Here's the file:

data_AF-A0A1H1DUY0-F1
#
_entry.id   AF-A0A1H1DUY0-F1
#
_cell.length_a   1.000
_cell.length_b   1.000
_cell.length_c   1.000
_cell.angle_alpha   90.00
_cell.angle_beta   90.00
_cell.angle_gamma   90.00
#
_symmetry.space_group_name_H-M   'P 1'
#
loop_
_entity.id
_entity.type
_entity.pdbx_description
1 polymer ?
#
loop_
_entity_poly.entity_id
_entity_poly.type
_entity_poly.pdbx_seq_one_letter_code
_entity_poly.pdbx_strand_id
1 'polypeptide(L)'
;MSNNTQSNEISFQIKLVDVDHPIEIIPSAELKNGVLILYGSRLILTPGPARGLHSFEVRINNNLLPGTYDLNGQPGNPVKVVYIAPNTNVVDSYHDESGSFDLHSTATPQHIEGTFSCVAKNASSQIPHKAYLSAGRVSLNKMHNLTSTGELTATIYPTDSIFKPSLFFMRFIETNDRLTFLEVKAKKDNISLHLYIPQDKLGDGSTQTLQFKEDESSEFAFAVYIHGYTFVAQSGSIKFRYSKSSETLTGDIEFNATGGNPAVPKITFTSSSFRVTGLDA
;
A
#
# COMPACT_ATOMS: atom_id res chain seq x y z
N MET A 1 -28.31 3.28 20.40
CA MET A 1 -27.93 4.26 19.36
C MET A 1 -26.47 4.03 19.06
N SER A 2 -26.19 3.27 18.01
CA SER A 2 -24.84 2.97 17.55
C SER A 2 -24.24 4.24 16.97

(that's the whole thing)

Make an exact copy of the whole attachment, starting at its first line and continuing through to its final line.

data_AF-A0A1H1DUY0-F1
#
_entry.id   AF-A0A1H1DUY0-F1
#
_cell.length_a   1.000
_cell.length_b   1.000
_cell.length_c   1.000
_cell.angle_alpha   90.00
_cell.angle_beta   90.00
_cell.angle_gamma   90.00
#
_symmetry.space_group_name_H-M   'P 1'
#
loop_
_entity.id
_entity.type
_entity.pdbx_description
1 polymer ?
#
loop_
_entity_poly.entity_id
_entity_poly.type
_entity_poly.pdbx_seq_one_letter_code
_entity_poly.pdbx_strand_id
1 'polypeptide(L)'
;MSNNTQSNEISFQIKLVDVDHPIEIIPSAELKNGVLILYGSRLILTPGPARGLHSFEVRINNNLLPGTYDLNGQPGNPVKVVYIAPNTNVVDSYHDESGSFDLHSTATPQHIEGTFSCVAKNASSQIPHKAYLSAGRVSLNKMHNLTSTGELTATIYPTDSIFKPSLFFMRFIETNDRLTFLEVKAKKDNISLHLYIPQDKLGDGSTQTLQFKEDESSEFAFAVYIHGYTFVAQSGSIKFRYSKSSETLTGDIEFNATGGNPAVPKITFTSSSFRVTGLDA
;
A
#
# COMPACT_ATOMS: atom_id res chain seq x y z
N MET A 1 -28.31 3.28 20.40
CA MET A 1 -27.93 4.26 19.36
C MET A 1 -26.47 4.03 19.06
N SER A 2 -26.19 3.27 18.01
CA SER A 2 -24.84 2.97 17.55
C SER A 2 -24.24 4.24 16.97